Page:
Juan Linares, Salesian missionary in Santo Domingo, coordinated the work with children living or working on the streets. His experience put him into contact with a harsh reality but laid the foundations for a direct project in the field to ensure a future for these children. "I have a strong memory of the raw experience these minors go through," says the missionary. "As Salesians, faced with these cries, we could not remain silent. That is how the Canillitas project was born with Don Bosco in Santo Domingo. Every morning these children went out into the streets to sell their produce and we devised an accompaniment plan for them, especially with a view to their full development for the future. First,' Linares continues, 'we got to know their reality, where they lived and what they did. We also studied the level of schooling as a primary element in order to set up an integral project based on research, reception, socialisation and accompaniment. This was our experience, which was then replicated in other centres'.
Linares has noticed changes over time. The aim was to have political influence and he actually managed to attend meetings where funds for government projects to protect minors were decided. The Salesians also acted in the social context, particularly in the business world, so that society would be involved as much as possible. "I started this project in 1985," he says, "and at that time half a million children were working. Today there are 340,000: the number has decreased. It is therefore a question of making this reality as visible as possible because child labour can be eradicated, especially if there is good education on the subject. To inform oneself, we offer Don Bosco's preventive system, which is mainly based on empathy towards children. In the end,' concludes the missionary, 'we managed to write many stories with a happy ending and we continue to do so'.
A harsh reality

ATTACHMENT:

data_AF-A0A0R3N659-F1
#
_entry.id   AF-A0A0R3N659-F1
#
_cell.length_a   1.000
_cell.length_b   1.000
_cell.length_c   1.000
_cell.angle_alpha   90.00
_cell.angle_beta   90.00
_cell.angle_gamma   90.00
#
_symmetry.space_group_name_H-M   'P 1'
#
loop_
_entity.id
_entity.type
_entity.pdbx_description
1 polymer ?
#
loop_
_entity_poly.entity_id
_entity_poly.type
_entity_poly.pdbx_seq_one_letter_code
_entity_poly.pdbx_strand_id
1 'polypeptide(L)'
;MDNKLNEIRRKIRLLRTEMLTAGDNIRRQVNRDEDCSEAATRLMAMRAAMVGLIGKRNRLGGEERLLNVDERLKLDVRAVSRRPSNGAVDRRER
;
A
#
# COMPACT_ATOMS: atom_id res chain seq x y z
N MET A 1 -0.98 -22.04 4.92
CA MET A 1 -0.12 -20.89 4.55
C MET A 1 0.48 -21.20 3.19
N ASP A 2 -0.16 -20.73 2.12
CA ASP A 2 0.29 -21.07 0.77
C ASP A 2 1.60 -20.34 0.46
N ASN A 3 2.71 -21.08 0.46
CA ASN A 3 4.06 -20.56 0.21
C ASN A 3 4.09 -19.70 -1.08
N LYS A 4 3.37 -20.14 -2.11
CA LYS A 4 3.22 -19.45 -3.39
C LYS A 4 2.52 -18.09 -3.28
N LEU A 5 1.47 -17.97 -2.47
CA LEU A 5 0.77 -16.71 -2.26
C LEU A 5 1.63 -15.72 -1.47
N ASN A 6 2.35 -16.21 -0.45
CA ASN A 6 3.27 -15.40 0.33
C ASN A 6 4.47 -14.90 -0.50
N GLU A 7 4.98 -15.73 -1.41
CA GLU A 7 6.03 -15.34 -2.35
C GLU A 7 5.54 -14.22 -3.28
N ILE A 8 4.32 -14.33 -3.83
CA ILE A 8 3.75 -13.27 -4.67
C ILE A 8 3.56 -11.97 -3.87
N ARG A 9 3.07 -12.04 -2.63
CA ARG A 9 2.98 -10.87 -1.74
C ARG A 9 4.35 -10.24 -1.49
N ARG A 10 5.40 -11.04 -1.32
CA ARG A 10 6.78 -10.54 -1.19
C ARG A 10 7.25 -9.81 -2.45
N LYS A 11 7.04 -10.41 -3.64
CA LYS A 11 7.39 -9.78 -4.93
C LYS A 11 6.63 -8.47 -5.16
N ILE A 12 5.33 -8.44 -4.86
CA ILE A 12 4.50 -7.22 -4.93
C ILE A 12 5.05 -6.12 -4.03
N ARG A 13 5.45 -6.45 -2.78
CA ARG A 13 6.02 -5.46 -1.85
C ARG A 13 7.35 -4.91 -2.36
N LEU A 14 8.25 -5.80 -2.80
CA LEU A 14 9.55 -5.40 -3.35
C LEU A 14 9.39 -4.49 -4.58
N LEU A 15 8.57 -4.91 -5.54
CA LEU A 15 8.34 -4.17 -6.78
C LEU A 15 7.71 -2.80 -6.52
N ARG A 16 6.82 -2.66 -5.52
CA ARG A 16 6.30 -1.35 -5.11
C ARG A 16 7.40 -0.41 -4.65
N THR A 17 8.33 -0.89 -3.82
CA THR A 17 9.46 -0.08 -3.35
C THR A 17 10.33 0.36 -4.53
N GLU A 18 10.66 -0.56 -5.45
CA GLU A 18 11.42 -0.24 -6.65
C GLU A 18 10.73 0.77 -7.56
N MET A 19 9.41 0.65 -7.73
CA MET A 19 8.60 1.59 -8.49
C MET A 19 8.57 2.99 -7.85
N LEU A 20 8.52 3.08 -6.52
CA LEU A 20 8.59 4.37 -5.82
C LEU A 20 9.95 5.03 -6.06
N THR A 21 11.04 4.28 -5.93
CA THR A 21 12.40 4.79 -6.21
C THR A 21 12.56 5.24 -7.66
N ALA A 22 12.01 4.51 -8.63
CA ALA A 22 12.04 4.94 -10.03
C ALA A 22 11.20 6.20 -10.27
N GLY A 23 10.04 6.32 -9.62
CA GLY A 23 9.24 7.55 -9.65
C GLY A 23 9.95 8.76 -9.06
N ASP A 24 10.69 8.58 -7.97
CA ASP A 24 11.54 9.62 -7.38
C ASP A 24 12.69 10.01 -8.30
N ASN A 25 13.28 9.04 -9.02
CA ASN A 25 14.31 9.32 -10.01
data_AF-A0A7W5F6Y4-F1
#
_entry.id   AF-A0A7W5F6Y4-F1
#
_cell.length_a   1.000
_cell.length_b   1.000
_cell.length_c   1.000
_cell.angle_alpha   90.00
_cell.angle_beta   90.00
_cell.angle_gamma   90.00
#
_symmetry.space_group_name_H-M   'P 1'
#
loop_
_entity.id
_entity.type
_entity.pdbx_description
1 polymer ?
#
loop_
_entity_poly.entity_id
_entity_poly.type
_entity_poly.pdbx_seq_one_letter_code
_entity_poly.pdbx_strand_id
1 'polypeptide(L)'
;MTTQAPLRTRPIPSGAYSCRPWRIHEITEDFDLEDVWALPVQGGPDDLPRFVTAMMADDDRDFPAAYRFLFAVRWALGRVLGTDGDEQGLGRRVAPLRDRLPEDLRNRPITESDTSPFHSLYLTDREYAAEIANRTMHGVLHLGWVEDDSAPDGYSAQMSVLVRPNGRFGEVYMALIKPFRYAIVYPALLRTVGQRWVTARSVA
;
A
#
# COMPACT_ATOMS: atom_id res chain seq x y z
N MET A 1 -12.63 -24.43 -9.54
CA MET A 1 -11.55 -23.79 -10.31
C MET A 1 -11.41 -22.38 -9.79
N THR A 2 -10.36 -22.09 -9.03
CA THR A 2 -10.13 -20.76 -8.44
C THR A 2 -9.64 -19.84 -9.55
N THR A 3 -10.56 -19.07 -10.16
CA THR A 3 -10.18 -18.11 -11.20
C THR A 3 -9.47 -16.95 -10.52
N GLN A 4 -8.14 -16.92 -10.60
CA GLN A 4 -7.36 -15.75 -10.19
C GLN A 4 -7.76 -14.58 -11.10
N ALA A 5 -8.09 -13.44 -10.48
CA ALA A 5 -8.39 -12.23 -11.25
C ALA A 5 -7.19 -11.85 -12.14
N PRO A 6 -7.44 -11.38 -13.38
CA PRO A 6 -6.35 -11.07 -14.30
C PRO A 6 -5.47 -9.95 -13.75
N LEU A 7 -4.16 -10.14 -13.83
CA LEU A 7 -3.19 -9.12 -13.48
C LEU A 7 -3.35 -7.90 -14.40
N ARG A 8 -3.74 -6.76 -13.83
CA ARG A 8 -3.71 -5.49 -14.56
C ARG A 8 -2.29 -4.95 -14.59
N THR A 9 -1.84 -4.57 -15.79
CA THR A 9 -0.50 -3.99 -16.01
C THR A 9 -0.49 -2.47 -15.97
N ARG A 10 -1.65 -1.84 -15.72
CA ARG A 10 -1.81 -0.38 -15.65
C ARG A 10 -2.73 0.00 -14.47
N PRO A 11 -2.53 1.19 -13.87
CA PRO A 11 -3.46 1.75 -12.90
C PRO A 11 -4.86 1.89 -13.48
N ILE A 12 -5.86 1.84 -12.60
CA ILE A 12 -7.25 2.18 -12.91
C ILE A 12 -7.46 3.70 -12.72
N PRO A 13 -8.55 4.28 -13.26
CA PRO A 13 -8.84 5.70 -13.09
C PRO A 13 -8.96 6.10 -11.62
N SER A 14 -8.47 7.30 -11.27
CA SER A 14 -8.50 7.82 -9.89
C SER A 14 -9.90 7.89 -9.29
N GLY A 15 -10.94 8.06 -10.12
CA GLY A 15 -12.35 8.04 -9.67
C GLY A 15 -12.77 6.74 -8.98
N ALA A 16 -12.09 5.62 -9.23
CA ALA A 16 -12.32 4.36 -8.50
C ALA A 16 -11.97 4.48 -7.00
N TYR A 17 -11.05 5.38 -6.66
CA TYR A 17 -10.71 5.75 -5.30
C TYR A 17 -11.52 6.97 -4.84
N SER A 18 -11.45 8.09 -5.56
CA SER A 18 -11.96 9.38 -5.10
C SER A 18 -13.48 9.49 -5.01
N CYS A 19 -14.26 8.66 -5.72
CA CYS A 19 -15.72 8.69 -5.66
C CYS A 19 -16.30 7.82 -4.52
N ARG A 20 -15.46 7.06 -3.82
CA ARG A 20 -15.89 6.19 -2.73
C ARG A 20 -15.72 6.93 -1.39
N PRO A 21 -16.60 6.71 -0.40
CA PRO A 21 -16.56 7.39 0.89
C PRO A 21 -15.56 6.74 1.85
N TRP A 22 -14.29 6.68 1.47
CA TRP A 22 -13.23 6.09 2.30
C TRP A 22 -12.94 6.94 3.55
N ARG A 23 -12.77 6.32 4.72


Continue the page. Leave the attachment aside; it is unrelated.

Carrying out the Canillitas project with Don Bosco in Santo Domingo is not without its obstacles. As director Karen Montàs tells us, one of them is getting accepted by the families because the children's participation in the centre's programmes means fewer hours on the street for them and this has a negative impact on the family's overall income. "That is why," explains Montàs, "we first had to make them understand that children should not be on the street working but studying and that it is the adults who should take responsibility for supporting the family. Therefore, they help the adults acquire new skills that will enable them to find better occupations to increase the family income. Another difficulty is with the children: "They feel the need to help their families by going to work," Karen emphasises, "so we have to occupy their free time after school with art courses and sports activities. Finally, it is not easy to find the resources to make the project sustainable". Montàs also explains how to combat social inequalities and child labour. At the heart of this is education. "It is necessary to educate people and children so that they do not remain in situations of poverty," says the director. "It is also necessary to work with society so that employers do not hire children because it is cheaper. Finally, we need to pass targeted laws because child labour can be eradicated with public policies that guarantee basic rights to children."